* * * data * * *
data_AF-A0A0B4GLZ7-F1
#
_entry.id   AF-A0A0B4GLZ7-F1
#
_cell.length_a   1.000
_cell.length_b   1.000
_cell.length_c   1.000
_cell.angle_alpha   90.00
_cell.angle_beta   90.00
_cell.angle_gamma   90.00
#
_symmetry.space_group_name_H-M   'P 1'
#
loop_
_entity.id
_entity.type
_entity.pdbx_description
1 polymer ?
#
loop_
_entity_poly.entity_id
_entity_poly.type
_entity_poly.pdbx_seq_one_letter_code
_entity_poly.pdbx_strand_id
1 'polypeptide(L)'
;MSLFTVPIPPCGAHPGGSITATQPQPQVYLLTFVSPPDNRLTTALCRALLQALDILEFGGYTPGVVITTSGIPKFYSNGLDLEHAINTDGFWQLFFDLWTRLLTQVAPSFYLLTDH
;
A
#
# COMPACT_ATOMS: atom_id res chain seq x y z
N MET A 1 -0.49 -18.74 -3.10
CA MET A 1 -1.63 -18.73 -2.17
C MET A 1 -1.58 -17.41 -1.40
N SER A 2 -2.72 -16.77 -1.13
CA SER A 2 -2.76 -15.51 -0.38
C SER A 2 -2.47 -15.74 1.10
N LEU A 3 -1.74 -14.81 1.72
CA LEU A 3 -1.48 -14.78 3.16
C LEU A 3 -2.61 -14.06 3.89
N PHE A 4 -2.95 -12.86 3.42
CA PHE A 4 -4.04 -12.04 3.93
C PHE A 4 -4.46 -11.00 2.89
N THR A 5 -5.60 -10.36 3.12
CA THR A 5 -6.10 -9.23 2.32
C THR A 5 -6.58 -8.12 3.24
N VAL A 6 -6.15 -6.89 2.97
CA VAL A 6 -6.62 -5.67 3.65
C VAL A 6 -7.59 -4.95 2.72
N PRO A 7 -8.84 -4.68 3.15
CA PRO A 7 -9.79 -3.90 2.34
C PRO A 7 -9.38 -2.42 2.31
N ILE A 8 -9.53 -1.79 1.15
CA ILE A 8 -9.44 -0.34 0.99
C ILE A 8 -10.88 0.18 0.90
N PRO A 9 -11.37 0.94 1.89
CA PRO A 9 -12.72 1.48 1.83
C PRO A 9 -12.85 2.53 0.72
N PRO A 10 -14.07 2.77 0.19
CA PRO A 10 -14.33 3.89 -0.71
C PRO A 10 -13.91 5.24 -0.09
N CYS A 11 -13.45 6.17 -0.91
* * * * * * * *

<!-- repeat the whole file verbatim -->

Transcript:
data_AF-A0A0B4GLZ7-F1
#
_entry.id   AF-A0A0B4GLZ7-F1
#
_cell.length_a   1.000
_cell.length_b   1.000
_cell.length_c   1.000
_cell.angle_alpha   90.00
_cell.angle_beta   90.00
_cell.angle_gamma   90.00
#
_symmetry.space_group_name_H-M   'P 1'
#
loop_
_entity.id
_entity.type
_entity.pdbx_description
1 polymer ?
#
loop_
_entity_poly.entity_id
_entity_poly.type
_entity_poly.pdbx_seq_one_letter_code
_entity_poly.pdbx_strand_id
1 'polypeptide(L)'
;MSLFTVPIPPCGAHPGGSITATQPQPQVYLLTFVSPPDNRLTTALCRALLQALDILEFGGYTPGVVITTSGIPKFYSNGLDLEHAINTDGFWQLFFDLWTRLLTQVAPSFYLLTDH
;
A
#
# COMPACT_ATOMS: atom_id res chain seq x y z
N MET A 1 -0.49 -18.74 -3.10
CA MET A 1 -1.63 -18.73 -2.17
C MET A 1 -1.58 -17.41 -1.40
N SER A 2 -2.72 -16.77 -1.13
CA SER A 2 -2.76 -15.51 -0.38
C SER A 2 -2.47 -15.74 1.10
N LEU A 3 -1.74 -14.81 1.72
CA LEU A 3 -1.48 -14.78 3.16
C LEU A 3 -2.61 -14.06 3.89
N PHE A 4 -2.95 -12.86 3.42
CA PHE A 4 -4.04 -12.04 3.93
C PHE A 4 -4.46 -11.00 2.89
N THR A 5 -5.60 -10.36 3.12
CA THR A 5 -6.10 -9.23 2.32
C THR A 5 -6.58 -8.12 3.24
N VAL A 6 -6.15 -6.89 2.97
CA VAL A 6 -6.62 -5.67 3.65
C VAL A 6 -7.59 -4.95 2.72
N PRO A 7 -8.84 -4.68 3.15
CA PRO A 7 -9.79 -3.90 2.34
C PRO A 7 -9.38 -2.42 2.31
N ILE A 8 -9.53 -1.79 1.15
CA ILE A 8 -9.44 -0.34 0.99
C ILE A 8 -10.88 0.18 0.90
N PRO A 9 -11.37 0.94 1.89
CA PRO A 9 -12.72 1.48 1.83
C PRO A 9 -12.85 2.53 0.72
N PRO A 10 -14.07 2.77 0.19
CA PRO A 10 -14.33 3.89 -0.71
C PRO A 10 -13.91 5.24 -0.09
N CYS A 11 -13.45 6.17 -0.91